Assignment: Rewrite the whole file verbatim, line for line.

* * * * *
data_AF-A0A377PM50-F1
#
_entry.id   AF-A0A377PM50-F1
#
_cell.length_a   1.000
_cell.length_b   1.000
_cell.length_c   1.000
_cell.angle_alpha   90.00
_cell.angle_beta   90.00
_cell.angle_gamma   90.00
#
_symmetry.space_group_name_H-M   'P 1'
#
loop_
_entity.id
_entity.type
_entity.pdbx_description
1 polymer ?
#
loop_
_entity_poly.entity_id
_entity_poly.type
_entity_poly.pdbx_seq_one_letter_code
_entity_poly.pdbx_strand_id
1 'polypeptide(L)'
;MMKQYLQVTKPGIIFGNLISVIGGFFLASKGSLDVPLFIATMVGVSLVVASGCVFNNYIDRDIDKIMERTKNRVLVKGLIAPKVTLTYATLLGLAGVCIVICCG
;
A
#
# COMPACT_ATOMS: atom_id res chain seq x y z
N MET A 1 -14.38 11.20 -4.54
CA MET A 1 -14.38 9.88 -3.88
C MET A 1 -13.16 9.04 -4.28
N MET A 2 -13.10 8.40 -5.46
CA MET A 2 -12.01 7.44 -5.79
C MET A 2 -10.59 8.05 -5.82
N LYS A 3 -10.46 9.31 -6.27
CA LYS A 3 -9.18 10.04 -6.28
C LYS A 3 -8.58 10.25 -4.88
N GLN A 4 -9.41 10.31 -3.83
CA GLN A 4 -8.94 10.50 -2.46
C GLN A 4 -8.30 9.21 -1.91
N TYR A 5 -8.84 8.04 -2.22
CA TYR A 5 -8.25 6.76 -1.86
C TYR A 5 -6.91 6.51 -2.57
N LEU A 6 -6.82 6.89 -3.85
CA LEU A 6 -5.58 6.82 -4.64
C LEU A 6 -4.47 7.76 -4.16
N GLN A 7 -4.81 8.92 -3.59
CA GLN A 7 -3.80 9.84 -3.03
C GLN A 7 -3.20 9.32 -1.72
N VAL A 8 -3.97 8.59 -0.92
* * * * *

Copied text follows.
data_AF-A0A377PM50-F1
#
_entry.id   AF-A0A377PM50-F1
#
_cell.length_a   1.000
_cell.length_b   1.000
_cell.length_c   1.000
_cell.angle_alpha   90.00
_cell.angle_beta   90.00
_cell.angle_gamma   90.00
#
_symmetry.space_group_name_H-M   'P 1'
#
loop_
_entity.id
_entity.type
_entity.pdbx_description
1 polymer ?
#
loop_
_entity_poly.entity_id
_entity_poly.type
_entity_poly.pdbx_seq_one_letter_code
_entity_poly.pdbx_strand_id
1 'polypeptide(L)'
;MMKQYLQVTKPGIIFGNLISVIGGFFLASKGSLDVPLFIATMVGVSLVVASGCVFNNYIDRDIDKIMERTKNRVLVKGLIAPKVTLTYATLLGLAGVCIVICCG
;
A
#
# COMPACT_ATOMS: atom_id res chain seq x y z
N MET A 1 -14.38 11.20 -4.54
CA MET A 1 -14.38 9.88 -3.88
C MET A 1 -13.16 9.04 -4.28
N MET A 2 -13.10 8.40 -5.46
CA MET A 2 -12.01 7.44 -5.79
C MET A 2 -10.59 8.05 -5.82
N LYS A 3 -10.46 9.31 -6.27
CA LYS A 3 -9.18 10.04 -6.28
C LYS A 3 -8.58 10.25 -4.88
N GLN A 4 -9.41 10.31 -3.83
CA GLN A 4 -8.94 10.50 -2.46
C GLN A 4 -8.30 9.21 -1.91
N TYR A 5 -8.84 8.04 -2.22
CA TYR A 5 -8.25 6.76 -1.86
C TYR A 5 -6.91 6.51 -2.57
N LEU A 6 -6.82 6.89 -3.85
CA LEU A 6 -5.58 6.82 -4.64
C LEU A 6 -4.47 7.76 -4.16
N GLN A 7 -4.81 8.92 -3.59
CA GLN A 7 -3.80 9.84 -3.03
C GLN A 7 -3.20 9.32 -1.72
N VAL A 8 -3.97 8.59 -0.92